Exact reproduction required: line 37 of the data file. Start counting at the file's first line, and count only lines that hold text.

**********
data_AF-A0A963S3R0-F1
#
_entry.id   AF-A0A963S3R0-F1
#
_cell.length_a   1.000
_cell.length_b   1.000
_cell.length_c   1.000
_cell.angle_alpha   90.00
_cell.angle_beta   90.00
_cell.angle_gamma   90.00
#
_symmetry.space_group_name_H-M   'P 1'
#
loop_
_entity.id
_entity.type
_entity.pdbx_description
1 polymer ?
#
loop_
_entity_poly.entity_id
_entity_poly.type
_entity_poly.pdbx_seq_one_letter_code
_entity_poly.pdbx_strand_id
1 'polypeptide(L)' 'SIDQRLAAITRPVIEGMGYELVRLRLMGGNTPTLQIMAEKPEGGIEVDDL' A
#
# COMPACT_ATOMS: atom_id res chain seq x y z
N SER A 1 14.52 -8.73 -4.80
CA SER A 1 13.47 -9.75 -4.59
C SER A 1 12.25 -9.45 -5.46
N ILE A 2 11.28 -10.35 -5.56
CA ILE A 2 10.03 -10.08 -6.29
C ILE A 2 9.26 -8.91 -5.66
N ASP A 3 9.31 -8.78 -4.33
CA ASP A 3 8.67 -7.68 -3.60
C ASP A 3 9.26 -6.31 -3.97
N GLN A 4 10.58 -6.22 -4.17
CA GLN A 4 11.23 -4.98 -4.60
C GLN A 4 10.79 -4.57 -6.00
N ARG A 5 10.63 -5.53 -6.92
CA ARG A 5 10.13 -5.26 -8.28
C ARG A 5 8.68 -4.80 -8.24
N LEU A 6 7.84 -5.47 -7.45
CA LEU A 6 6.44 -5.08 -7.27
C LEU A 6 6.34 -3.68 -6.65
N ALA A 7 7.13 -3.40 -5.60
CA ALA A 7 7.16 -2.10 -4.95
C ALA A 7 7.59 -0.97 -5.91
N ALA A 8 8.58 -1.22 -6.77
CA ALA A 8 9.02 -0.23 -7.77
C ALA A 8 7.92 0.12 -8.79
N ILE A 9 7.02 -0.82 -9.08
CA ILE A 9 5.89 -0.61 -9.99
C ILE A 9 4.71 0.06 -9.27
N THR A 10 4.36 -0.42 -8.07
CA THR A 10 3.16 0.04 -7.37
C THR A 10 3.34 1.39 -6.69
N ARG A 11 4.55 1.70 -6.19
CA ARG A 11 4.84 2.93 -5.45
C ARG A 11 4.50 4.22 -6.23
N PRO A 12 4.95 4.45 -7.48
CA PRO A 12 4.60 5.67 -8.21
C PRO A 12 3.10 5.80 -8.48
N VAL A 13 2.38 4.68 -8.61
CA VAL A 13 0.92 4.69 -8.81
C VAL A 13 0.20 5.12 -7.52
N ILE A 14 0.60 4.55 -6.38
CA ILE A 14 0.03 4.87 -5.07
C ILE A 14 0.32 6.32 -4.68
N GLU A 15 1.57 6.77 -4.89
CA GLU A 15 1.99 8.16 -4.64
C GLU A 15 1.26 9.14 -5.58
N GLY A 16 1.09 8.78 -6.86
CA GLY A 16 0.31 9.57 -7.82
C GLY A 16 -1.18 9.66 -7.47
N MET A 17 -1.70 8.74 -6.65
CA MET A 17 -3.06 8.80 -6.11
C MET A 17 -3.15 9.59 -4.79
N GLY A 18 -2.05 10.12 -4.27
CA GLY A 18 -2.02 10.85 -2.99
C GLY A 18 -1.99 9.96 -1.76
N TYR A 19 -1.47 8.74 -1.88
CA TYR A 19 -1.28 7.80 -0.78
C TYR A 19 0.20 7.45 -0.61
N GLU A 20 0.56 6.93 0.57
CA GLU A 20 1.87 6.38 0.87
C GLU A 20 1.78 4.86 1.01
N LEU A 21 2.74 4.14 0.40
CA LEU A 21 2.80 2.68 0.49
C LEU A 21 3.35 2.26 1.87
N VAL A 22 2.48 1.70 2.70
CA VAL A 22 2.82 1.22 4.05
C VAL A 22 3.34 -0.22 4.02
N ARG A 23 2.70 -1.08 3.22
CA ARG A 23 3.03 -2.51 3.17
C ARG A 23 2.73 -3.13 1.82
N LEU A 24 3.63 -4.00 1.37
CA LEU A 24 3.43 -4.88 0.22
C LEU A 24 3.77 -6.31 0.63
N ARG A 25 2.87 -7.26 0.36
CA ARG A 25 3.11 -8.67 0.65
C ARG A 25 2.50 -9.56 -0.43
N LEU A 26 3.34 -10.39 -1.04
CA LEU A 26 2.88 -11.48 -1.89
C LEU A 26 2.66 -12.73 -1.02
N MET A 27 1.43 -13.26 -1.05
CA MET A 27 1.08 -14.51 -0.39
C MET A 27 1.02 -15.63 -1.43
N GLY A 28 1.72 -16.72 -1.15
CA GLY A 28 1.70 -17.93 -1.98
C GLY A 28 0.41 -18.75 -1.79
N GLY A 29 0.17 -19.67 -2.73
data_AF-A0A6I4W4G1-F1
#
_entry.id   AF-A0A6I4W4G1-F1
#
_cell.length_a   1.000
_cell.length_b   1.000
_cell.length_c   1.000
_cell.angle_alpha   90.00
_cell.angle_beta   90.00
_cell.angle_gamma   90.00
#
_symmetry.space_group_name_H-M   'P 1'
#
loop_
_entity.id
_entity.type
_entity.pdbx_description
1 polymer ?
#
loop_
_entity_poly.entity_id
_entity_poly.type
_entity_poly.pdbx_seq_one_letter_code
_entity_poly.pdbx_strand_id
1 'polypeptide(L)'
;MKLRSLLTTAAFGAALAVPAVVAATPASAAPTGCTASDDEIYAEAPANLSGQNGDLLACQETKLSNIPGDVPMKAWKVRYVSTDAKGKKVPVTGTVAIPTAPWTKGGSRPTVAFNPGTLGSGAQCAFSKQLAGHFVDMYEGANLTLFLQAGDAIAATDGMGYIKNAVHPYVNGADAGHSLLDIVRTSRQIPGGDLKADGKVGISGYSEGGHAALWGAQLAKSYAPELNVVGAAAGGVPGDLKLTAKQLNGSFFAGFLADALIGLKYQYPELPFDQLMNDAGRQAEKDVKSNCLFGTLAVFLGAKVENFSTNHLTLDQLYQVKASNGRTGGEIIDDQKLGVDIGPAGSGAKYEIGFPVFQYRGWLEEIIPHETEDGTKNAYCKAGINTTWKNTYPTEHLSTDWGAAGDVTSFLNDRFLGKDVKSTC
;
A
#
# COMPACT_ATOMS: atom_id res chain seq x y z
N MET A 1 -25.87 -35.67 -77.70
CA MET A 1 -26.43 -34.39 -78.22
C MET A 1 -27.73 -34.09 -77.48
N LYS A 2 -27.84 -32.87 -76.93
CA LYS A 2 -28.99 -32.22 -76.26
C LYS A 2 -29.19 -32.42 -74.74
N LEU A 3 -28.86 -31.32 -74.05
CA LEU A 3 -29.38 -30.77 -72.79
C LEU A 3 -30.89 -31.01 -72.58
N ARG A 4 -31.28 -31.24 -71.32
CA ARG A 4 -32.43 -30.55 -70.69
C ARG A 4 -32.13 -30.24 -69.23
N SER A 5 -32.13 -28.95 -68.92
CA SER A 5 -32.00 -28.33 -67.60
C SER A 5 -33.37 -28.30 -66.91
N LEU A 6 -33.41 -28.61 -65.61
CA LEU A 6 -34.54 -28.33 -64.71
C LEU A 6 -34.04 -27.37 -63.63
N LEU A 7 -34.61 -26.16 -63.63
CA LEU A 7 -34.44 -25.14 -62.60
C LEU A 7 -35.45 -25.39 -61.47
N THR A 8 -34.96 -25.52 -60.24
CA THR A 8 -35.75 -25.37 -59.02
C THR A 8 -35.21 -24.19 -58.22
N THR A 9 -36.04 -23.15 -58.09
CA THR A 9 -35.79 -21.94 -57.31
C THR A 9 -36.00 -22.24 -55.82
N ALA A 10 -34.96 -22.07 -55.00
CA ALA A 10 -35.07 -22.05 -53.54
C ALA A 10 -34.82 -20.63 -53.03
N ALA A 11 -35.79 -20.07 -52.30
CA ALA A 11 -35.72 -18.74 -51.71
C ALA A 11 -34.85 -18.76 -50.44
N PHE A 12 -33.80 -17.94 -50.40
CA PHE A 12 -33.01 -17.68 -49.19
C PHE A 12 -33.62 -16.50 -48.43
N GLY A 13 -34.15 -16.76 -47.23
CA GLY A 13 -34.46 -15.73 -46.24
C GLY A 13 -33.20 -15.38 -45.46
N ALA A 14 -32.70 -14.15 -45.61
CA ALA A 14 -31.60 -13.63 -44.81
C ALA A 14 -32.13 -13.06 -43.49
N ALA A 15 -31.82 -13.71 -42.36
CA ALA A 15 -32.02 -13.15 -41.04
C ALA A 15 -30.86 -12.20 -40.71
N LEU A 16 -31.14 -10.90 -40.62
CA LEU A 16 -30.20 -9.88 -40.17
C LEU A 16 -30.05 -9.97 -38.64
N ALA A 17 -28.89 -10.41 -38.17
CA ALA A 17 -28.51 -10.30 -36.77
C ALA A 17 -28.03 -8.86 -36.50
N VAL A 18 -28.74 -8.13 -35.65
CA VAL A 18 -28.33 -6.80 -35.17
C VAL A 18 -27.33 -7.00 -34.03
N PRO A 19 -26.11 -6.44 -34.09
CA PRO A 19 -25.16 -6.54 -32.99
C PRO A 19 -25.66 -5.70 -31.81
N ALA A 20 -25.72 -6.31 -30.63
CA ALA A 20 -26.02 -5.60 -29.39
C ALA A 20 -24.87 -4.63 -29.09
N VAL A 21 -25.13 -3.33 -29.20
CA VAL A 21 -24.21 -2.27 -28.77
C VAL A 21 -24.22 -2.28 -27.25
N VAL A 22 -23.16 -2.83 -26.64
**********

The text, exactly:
N GLN A 4 10.58 -6.22 -4.17